Lou Reed dead at 71

Lou Reed died at age 71.
Lou Reed died at age 71.

The first time I indulged in a full Velvet Underground album was when I was seventeen. It was "Loaded." I borrowed the CD from the local library in the center of Florence, the Oblate, a labyrinth of a building with stunning views of the Duomo from every window and little to no internet access. Amid the bustle of a hundred jaded high school students shuffling into the courtyard for cigarette breaks, I would sit for hours, deep into my Greek literature, conspicuously bobbing my chin to the bass of 'Sweet Jane.'

Caught in limbo between disillusion from a school that didn’t believe in me and a passion for music that nearly led me to pursue a professional career, I found Lou Reed. Within the technicolor happiness and melodic banality of the hippie era, Reed took to black clothing, an austere look, and told it like it was, embodying the visual reference of 'cool.' Unlike him, I basked in the tragedy of my uncoolness. Like him, I was opinionated and had a physiological inability to spontaneously warm up to people who I didn’t know for at least five years. I was also a romantic.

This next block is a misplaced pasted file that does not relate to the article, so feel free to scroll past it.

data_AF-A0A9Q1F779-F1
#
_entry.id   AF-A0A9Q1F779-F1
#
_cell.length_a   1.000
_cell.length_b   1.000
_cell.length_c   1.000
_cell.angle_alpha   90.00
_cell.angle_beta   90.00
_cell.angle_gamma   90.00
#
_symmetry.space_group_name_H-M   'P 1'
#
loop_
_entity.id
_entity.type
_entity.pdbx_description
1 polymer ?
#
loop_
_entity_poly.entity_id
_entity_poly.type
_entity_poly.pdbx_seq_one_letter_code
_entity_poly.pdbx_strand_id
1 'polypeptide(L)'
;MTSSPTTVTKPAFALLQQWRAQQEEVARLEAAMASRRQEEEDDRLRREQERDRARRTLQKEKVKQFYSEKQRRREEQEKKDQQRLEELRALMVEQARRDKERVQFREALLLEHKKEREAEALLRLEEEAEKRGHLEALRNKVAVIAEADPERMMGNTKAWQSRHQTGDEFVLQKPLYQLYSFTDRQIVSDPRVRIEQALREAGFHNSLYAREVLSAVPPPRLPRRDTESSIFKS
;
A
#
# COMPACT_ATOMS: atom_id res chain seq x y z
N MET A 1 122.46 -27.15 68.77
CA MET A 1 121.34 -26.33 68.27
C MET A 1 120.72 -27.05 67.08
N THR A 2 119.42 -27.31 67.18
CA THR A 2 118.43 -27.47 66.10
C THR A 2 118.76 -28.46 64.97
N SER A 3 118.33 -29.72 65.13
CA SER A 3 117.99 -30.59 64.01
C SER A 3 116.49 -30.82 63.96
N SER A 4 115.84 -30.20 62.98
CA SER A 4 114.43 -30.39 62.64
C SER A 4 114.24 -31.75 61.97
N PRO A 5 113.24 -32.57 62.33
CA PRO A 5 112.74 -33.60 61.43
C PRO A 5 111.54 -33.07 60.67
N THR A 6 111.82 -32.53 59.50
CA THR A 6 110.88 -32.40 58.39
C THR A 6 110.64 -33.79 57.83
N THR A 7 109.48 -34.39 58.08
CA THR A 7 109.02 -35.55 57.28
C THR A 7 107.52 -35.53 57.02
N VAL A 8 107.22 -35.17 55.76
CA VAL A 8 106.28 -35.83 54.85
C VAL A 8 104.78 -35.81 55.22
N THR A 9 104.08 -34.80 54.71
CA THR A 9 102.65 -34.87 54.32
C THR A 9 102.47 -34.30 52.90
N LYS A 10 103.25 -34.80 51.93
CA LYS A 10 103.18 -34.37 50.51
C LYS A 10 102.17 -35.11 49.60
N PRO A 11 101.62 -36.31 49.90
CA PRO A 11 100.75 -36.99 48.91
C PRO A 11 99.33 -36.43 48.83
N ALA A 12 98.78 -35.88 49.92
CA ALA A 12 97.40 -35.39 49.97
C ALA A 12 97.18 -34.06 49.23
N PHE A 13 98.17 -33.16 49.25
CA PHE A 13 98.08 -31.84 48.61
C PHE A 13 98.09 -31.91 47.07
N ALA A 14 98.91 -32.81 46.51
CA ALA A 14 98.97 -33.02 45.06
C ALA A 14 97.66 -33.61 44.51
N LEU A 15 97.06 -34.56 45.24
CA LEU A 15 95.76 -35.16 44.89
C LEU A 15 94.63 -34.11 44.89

What made Lou Reed click was the architecture. Mixing deadpan and mostly spoken verse, with melodies ranging from the meticulously ornate to the divinely simple, Reed was both aggressive and tender, cold and desperately in love, dark and fragile. I reference the juxtaposition of the halfhearted tonality of voice over a full orchestra as he sings a grocery list of the small things that make up a perfect day; the childlike manner with which he tells us how he enjoys television, leading to a repetitive Bolero-esque climax as “satellite of love” is softly repeated over the sudden burst of David Bowie’s howls; the cryptic lullaby of 'I’ll Be Your Mirror' ending on a change of key and a sheepish back-vocal plea for his lover to just be herself. These songs were researched and they were unfiltered. They were pathos. They were uncompromising.

Lou Reed died at the age of 71 in his home on Long Island after a strenuous battle with liver-related diseases. He was a vocalist, a guitarist, founder of Velvet Underground, solo performer, driving force to the era that knew Warhol, Bowie and Smith, a man with sphynx-like demeanor and soul to outlive the ages, a crucial brick in the monument of rock ‘n’ roll. He was the decadent sweetheart, the voice of the chronically curious and continuously brooding, the eternal romantic.


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